Michael Corrigan

Michael Corrigan

It is too early to judge the Vietnam documentary by Ken Burns and Lynn Novick, but one element of the struggle is immediately apparent: The fierce determination of the North Vietnamese and the Viet Cong to achieve Vietnam’s unity after the separation of the country into the Communist North and the Democratic South. Vietnam had been a French colony for nearly 100 years. As the number of American military personnel increased, so did the resistance of the North Vietnamese. The documentary suggests the South Vietnamese lacked the same zeal to defend their government.

It might be a strained analogy, but Vietnam’s history recalls the 800-year Irish struggle against English domination that reached a crisis on Easter Monday, April 24, 1916, when Irish rebels took over Dublin’s General Post Office and poet and activist, Patrick Pearse, read a declaration of Irish independence on the steps. James Connolly commanded an Irish volunteer army. The rebels included 200 women who seized key locations in Dublin. One was an Anglo-Irish aristocrat turned revolutionary, Countess Constance Markievicz, and another was a school teacher turned sniper, Margaret Skinnider. The armed insurrection had no chance of success, and the Irish rebels surrendered on April 29.

The countess was condemned to death but not executed because she “was a woman.” Markievicz was later released along with Skinnider who wrote about the uprising a year later.

The Easter Rising was costly for the British military. According to the BBC History channel, “Military casualties were highest at Mount Street Bridge. There, newly arrived troops made successive, tactically inept, frontal attacks on determined and disciplined volunteers occupying several strongly fortified outposts. They lost 234 men, dead or wounded while just 5 rebels died.” Patrick Pearse, James Connolly and 15 others were executed, which made them martyrs and turned the public against England.

England sent in troops to suppress the 1919 war of independence but the effort failed.

Twelve members of the elite English “Cairo gang” were assassinated in one day. In 1921, England agreed to an Irish Republic, though six counties in the north would remain part of England, including Belfast. Many revolutionaries, including Countess Markievicz, didn’t accept an Irish Free State not united. Rebels assassinated Michael Collins, who fought in the initial insurrection and signed the treaty. A civil war began.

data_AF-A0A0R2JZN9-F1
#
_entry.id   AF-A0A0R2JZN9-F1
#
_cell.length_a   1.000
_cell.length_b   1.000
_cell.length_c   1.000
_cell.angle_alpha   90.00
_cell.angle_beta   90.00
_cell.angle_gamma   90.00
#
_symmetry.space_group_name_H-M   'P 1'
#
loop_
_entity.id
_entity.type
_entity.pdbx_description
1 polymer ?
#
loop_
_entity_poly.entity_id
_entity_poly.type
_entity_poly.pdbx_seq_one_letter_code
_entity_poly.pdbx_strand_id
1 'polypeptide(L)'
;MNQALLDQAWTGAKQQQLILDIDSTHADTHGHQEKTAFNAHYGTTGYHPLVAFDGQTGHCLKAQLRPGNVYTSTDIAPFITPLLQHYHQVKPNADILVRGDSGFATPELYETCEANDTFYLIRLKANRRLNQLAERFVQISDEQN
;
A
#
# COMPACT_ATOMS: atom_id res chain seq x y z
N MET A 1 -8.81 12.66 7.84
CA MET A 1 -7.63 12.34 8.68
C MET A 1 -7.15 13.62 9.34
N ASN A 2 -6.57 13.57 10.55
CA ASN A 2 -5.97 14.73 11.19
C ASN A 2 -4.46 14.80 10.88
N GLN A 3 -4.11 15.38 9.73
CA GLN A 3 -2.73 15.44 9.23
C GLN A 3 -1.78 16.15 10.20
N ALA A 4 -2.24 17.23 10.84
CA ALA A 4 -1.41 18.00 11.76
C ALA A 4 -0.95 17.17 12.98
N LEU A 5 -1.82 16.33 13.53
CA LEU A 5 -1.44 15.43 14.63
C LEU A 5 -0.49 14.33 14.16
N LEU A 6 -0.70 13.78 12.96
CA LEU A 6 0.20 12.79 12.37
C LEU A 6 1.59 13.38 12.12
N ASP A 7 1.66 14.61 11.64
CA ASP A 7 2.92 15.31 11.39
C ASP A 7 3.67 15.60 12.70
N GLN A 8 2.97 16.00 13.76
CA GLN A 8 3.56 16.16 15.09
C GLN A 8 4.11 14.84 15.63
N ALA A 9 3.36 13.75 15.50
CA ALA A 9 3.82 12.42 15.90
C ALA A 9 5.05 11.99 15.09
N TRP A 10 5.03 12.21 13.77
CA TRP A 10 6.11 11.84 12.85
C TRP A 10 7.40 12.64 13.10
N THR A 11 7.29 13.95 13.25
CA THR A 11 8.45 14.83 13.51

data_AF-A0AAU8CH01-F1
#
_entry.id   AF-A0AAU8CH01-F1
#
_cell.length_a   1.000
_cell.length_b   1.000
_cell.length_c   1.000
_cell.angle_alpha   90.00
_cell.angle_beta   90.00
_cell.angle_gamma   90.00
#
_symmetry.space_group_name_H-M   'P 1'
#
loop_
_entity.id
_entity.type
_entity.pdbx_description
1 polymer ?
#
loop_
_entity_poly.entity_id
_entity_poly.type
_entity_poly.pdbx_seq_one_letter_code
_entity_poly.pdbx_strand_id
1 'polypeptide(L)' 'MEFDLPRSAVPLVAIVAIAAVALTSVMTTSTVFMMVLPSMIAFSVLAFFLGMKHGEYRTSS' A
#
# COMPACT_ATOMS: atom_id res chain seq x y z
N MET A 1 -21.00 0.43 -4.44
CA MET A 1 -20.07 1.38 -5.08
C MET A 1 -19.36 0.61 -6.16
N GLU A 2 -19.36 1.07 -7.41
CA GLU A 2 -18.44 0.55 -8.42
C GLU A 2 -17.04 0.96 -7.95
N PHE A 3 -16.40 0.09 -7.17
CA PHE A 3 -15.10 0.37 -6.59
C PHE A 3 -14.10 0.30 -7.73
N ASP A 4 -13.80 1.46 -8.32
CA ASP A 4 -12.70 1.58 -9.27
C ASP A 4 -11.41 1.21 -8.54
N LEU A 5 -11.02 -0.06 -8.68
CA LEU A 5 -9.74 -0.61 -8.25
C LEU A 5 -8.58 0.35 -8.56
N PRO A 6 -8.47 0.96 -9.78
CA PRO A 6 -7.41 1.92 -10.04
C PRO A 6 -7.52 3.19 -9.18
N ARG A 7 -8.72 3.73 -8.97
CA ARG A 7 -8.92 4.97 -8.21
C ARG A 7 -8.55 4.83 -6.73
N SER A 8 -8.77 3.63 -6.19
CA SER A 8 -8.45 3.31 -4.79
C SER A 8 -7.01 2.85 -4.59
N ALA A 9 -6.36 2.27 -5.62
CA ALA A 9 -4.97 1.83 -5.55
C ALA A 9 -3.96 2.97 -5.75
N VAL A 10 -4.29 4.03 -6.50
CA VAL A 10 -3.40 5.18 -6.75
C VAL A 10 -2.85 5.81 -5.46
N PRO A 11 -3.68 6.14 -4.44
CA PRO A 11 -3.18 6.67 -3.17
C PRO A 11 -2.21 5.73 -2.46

When the civil war ended in 1923, the Irish Free State, under limited control by England, became a reality, though violence continued between Catholics and Protestants until a peace agreement in 1998. By then, Ireland had a republic.

Nothing creates more zeal to fight than a struggle to free and preserve one’s country, and the cost is always severe. Pearse and Connolly knew the insurrection would fail, and they would face a firing squad. The countess, often pictured holding a pistol, knew her life as a privileged aristocrat would end; she died, penniless. Certainly, the Founding Fathers led by George Washington knew they faced possible annihilation against superior British forces.

The Vietnam documentary notes that Hồ Chí Minh fought against the Vichy French and Japanese occupation of Vietnam during World War II. He was secretly supported by the United States Office of Strategic Services, which eventually became the CIA. Minh sought help for an independent Vietnam from President Harry Truman who then backed the French claim to Vietnam. The country was eventually divided and the war began.

Perhaps by the end of the Burns-Novick documentary, we will have some insight as to why the massive slaughter of the Vietnam War on both sides had to happen.

Michael Corrigan graduated from San Francisco State with an MA in English and creative writing. He is a retired instructor of English and speech communications from Idaho State University. He has written several articles for various outlets, including Atticus Literary magazine online.